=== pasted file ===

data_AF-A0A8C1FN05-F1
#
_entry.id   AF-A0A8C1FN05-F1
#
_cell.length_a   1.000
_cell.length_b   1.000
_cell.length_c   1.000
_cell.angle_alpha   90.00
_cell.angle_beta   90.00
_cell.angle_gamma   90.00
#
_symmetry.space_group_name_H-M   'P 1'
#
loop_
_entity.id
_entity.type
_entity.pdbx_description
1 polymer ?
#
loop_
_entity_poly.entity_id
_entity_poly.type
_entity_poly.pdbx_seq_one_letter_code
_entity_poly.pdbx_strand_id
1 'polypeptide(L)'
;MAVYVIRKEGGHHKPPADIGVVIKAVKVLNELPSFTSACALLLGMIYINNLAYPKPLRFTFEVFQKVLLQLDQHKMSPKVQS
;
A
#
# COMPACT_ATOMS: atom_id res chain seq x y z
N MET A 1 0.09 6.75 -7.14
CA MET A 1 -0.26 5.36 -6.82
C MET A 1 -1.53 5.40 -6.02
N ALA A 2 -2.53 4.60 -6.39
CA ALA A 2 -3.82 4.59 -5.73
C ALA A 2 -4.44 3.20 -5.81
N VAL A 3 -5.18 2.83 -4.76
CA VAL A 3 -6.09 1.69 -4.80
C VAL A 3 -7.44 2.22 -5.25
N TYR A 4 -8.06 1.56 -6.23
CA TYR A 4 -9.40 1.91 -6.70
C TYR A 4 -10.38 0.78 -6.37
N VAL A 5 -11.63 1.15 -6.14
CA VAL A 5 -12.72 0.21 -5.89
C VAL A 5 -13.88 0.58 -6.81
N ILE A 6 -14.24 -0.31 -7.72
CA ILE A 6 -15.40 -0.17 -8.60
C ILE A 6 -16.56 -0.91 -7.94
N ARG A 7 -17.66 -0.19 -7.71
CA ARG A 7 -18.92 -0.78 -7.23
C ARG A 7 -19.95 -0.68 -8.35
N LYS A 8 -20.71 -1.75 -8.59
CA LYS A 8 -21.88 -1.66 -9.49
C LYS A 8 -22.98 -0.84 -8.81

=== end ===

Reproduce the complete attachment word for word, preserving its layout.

data_AF-A0A8C1FN05-F1
#
_entry.id   AF-A0A8C1FN05-F1
#
_cell.length_a   1.000
_cell.length_b   1.000
_cell.length_c   1.000
_cell.angle_alpha   90.00
_cell.angle_beta   90.00
_cell.angle_gamma   90.00
#
_symmetry.space_group_name_H-M   'P 1'
#
loop_
_entity.id
_entity.type
_entity.pdbx_description
1 polymer ?
#
loop_
_entity_poly.entity_id
_entity_poly.type
_entity_poly.pdbx_seq_one_letter_code
_entity_poly.pdbx_strand_id
1 'polypeptide(L)'
;MAVYVIRKEGGHHKPPADIGVVIKAVKVLNELPSFTSACALLLGMIYINNLAYPKPLRFTFEVFQKVLLQLDQHKMSPKVQS
;
A
#
# COMPACT_ATOMS: atom_id res chain seq x y z
N MET A 1 0.09 6.75 -7.14
CA MET A 1 -0.26 5.36 -6.82
C MET A 1 -1.53 5.40 -6.02
N ALA A 2 -2.53 4.60 -6.39
CA ALA A 2 -3.82 4.59 -5.73
C ALA A 2 -4.44 3.20 -5.81
N VAL A 3 -5.18 2.83 -4.76
CA VAL A 3 -6.09 1.69 -4.80
C VAL A 3 -7.44 2.22 -5.25
N TYR A 4 -8.06 1.56 -6.23
CA TYR A 4 -9.40 1.91 -6.70
C TYR A 4 -10.38 0.78 -6.37
N VAL A 5 -11.63 1.15 -6.14
CA VAL A 5 -12.72 0.21 -5.89
C VAL A 5 -13.88 0.58 -6.81
N ILE A 6 -14.24 -0.31 -7.72
CA ILE A 6 -15.40 -0.17 -8.60
C ILE A 6 -16.56 -0.91 -7.94
N ARG A 7 -17.66 -0.19 -7.71
CA ARG A 7 -18.92 -0.78 -7.23
C ARG A 7 -19.95 -0.68 -8.35
N LYS A 8 -20.71 -1.75 -8.59
CA LYS A 8 -21.88 -1.66 -9.49
C LYS A 8 -22.98 -0.84 -8.81